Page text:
Like Ali’s shadow, other narrative details are woven like continuous threads the length of the book. Identical phrases reappear in various contexts, spoken by different characters; snatches of the same radio broadcast are heard over and over. “America is waiting for a message of some sort,” blares the radio from a sinister Blackwater Humvee parked by the Green Zone, words overheard first by Ali and later by characters in each subsequent chapter. Few novels have used techniques of repetition to such remarkable effect. The reason for this unusual narrative structure is that Blasim has apparently organized the chapters of his book according to the eleven music tracks of Brian Eno and David Byrne’s My Life in the Bush of Ghosts.
On the face of it, this organizational choice may seem random and capricious, but Blasim’s use of the musical material proves otherwise. Eno and Byrne’s experimental record of 1981 opens with the groundbreaking electronic track “America is Waiting” — the words are sampled from a radio talk show — and includes four other tracks featuring Arab singers from whom Blasim amply quotes. The author makes particularly good use of “Qu’ran,” which features Algerian voices chanting over Eno and Byrne’s rhythmic electronica, a track that was notably cut from later editions of the record following accusations of blasphemy. Lyrics from the Lebanese singers Dunya Yusin and Samira Tewfik appear in each chapter; sung by Ali and his shadow as they sit fishing, they are overheard by their future captors, who repeat them afterward in different scenes and to different effect. Likewise, Blasim echoes the West African percussion featured in several tracks on Eno and Byrne’s record in order to weave elements of Tutuola’s dreamscapes into his own multilayered plots. Blasim’s use of My Life in the Bush of Ghosts provides a subversive counterpoint to the infamous “torture playlist” used by “depraved” jailers and their US superiors in Iraq. But it may take a team of musicologists to unravel the deeper and more intricate ties between the music and the novel’s formal elements of syntax, punctuation, diction and prosody.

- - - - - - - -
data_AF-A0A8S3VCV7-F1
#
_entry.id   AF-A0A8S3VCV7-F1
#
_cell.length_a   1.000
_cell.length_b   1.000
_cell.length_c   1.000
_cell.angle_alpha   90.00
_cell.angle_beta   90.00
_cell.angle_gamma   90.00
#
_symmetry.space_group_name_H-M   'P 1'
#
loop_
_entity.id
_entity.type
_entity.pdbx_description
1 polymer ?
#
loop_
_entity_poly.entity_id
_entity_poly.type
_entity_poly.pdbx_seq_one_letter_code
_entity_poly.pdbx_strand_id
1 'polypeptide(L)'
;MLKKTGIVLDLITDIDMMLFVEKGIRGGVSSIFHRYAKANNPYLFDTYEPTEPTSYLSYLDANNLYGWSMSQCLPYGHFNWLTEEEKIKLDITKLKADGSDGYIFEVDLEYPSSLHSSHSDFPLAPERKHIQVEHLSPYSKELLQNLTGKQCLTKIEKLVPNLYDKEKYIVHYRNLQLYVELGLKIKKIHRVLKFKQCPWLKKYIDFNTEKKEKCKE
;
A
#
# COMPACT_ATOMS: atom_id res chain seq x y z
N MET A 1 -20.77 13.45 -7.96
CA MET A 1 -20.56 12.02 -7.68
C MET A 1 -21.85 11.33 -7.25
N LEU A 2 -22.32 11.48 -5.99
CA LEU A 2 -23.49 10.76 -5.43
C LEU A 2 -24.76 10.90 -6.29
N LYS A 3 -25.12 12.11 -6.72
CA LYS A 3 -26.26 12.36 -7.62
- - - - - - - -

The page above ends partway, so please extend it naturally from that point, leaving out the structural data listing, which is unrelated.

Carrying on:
In one amazing scene from chapter 5, a member of Ali’s firing squad is sent on a mission and is unexpectedly stopped at the checkpoint of a rival sect. Asked for the password by an armed sentry, the man balks, believes himself to be at death’s door, and sings under his breath a line from Samira Tewfik’s song in consolation. That line in fact proves to be the password; the killer is allowed to pass and dizzily exults in his reprieve from death; music fills his ears as he enters the neighborhood, mixes with the lively throngs of people, and seeks out the thickest crowd where he detonates his belt of explosives. The episode provides an occasion for Blasim’s signature black humor.
Consider the horror of bodily dismemberment from the point of view of the victim’s shadow. Never in its dutiful service has it needed to choose between head and heart or between the bulk of the torso and a fragment of pinkie on some passerby’s keffiya. But such is the shadow’s lot once it is blown apart, smashed like an achromatic kaleidoscope, its grays and blacks orphaned now, homeless and scattered across this land of pitiless sun (108).
Ghosts cast no shadow, and the voice that speaks these lines is as disembodied and unlocatable as a sampled sound clip from Eno and Byrne. Can a writer perform a similar disappearing act? Maybe the author of My Life in the Ghosts of Bush has attempted the impossible in playing ghost-writer to his own novel.
“Hasim Bassan,” My Life in the Ghosts of Bush (2014).